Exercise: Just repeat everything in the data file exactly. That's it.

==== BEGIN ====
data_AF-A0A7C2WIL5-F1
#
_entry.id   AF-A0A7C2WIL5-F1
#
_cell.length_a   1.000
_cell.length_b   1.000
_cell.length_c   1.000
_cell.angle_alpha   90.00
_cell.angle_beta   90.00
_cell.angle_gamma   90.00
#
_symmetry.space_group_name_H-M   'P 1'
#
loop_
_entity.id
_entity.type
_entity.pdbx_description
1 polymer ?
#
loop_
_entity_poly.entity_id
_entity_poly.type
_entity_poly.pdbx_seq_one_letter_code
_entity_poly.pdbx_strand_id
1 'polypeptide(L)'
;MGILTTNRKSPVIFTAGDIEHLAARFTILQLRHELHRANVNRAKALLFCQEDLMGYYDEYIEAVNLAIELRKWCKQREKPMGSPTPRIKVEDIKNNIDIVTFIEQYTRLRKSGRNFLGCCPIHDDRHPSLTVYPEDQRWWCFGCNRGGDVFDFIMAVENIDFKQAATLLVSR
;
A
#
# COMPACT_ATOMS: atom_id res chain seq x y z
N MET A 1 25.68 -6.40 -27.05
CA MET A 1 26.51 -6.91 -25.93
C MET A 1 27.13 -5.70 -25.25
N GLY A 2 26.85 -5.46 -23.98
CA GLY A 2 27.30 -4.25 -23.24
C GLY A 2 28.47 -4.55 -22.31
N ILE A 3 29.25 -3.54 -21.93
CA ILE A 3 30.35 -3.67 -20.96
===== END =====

data_AF-A0A7C2WIL5-F1
#
_entry.id   AF-A0A7C2WIL5-F1
#
_cell.length_a   1.000
_cell.length_b   1.000
_cell.length_c   1.000
_cell.angle_alpha   90.00
_cell.angle_beta   90.00
_cell.angle_gamma   90.00
#
_symmetry.space_group_name_H-M   'P 1'
#
loop_
_entity.id
_entity.type
_entity.pdbx_description
1 polymer ?
#
loop_
_entity_poly.entity_id
_entity_poly.type
_entity_poly.pdbx_seq_one_letter_code
_entity_poly.pdbx_strand_id
1 'polypeptide(L)'
;MGILTTNRKSPVIFTAGDIEHLAARFTILQLRHELHRANVNRAKALLFCQEDLMGYYDEYIEAVNLAIELRKWCKQREKPMGSPTPRIKVEDIKNNIDIVTFIEQYTRLRKSGRNFLGCCPIHDDRHPSLTVYPEDQRWWCFGCNRGGDVFDFIMAVENIDFKQAATLLVSR
;
A
#
# COMPACT_ATOMS: atom_id res chain seq x y z
N MET A 1 25.68 -6.40 -27.05
CA MET A 1 26.51 -6.91 -25.93
C MET A 1 27.13 -5.70 -25.25
N GLY A 2 26.85 -5.46 -23.98
CA GLY A 2 27.30 -4.25 -23.24
C GLY A 2 28.47 -4.55 -22.31
N ILE A 3 29.25 -3.54 -21.93
CA ILE A 3 30.35 -3.67 -20.96